In this excerpt from his memoir, Rodriguez provides a stirring recollection from his adolescence: the first time he experienced racism as a result of being an immigrant in America. As he says, the experience "stays with [him] like a foul odor."
Langston Hughes, a voice of the Harlem Renaissance, writes of a black man banished to the kitchen when company arrives. This same man looks to the future, for a day when he will sit at the table to eat with company, because he, too, is an American.
In this speech, President Obama celebrates legislation that provides legal protection from crimes based on gender, disability, gender identity, or sexual orientation. In his remarks, Obama looks forward to further legislation that helps “the bells of freedom ring out a little louder.”
“Annolighting” (annotating and highlighting) shows students how to identify critical information in a text during close reading. Students learn to annotate text, highlight important facts and summarize what they have read to capture main ideas, concepts and details.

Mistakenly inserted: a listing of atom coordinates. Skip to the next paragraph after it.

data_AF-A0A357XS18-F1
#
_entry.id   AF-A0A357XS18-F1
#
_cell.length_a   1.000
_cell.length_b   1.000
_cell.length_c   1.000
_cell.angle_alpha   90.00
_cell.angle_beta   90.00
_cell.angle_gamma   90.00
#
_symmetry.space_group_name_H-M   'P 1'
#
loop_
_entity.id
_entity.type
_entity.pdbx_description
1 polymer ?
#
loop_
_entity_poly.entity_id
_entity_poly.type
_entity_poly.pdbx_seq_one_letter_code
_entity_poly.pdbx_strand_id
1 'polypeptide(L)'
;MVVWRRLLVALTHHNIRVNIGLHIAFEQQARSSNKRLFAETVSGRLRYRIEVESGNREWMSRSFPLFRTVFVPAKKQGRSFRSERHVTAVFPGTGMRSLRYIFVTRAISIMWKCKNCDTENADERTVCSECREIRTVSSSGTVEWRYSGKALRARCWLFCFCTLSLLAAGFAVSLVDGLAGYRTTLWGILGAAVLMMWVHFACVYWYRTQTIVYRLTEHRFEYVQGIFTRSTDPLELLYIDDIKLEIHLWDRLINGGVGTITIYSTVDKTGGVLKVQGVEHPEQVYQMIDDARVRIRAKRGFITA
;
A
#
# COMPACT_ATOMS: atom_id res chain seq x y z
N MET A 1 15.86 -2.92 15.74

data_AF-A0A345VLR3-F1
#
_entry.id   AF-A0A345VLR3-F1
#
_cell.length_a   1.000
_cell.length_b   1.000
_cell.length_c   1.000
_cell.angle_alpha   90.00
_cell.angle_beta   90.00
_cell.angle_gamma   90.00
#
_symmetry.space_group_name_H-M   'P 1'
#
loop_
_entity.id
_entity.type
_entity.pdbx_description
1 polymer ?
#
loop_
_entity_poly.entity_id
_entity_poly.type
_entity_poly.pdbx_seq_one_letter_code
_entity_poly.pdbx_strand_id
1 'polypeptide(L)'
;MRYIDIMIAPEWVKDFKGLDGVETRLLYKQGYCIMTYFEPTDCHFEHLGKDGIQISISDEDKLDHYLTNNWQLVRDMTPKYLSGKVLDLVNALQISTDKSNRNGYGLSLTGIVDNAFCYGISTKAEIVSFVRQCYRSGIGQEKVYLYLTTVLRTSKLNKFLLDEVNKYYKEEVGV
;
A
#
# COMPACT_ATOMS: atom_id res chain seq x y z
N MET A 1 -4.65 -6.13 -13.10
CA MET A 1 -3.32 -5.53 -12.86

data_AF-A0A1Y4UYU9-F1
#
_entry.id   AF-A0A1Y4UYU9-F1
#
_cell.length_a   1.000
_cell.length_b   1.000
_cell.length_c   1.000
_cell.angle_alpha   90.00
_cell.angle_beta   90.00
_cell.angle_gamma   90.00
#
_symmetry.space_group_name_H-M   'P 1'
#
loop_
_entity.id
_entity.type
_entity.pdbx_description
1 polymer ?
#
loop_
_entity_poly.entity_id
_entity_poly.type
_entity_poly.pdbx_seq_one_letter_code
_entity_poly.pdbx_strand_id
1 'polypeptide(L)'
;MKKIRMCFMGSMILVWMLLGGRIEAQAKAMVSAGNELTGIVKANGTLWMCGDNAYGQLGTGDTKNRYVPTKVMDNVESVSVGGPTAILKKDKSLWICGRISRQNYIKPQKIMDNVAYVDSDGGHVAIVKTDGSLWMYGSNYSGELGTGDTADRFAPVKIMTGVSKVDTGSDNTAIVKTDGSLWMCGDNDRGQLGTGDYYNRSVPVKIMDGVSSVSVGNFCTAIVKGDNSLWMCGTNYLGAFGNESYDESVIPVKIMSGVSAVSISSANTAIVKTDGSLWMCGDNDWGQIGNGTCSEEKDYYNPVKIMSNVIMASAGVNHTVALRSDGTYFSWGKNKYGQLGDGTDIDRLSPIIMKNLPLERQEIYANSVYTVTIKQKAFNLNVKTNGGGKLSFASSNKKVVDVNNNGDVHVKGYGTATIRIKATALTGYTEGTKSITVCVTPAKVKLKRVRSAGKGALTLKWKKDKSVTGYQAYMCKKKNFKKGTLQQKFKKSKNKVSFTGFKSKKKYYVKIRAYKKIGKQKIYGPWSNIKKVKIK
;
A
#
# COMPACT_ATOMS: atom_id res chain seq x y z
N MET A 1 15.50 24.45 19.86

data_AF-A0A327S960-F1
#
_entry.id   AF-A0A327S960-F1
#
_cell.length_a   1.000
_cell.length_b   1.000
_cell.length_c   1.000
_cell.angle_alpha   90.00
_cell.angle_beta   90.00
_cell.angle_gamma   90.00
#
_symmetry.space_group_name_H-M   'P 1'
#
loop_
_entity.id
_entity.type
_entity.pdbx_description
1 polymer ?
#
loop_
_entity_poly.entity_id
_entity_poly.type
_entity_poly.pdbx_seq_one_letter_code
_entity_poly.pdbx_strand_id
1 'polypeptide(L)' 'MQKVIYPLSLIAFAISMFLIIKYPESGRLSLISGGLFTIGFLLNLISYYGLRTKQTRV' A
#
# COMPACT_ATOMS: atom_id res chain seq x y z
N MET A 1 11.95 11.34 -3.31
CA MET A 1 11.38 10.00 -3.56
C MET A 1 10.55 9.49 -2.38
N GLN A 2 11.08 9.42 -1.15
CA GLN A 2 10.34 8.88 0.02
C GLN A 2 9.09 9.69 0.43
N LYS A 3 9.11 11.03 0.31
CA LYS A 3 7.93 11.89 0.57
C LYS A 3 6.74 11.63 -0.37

This strategy exposes students to multiple short pieces of a text before they read it in its entirety. Students read selected quotes out of context and comment on both the selection and the comments of other students. The activity ends with students reflecting on their reactions to and predictions about the text.
A strategy to introduce the anti-bias framework into group discussion and textual analysis. Students respond to and pose questions from the four anti-bias domains: identity, diversity, justice and action.
Select the parts of your Learning Plan you'd like to print. If your Tasks or Strategies have PDF handouts, they'll need to be printed separately. These are listed on the left side of each Task or Strategy page.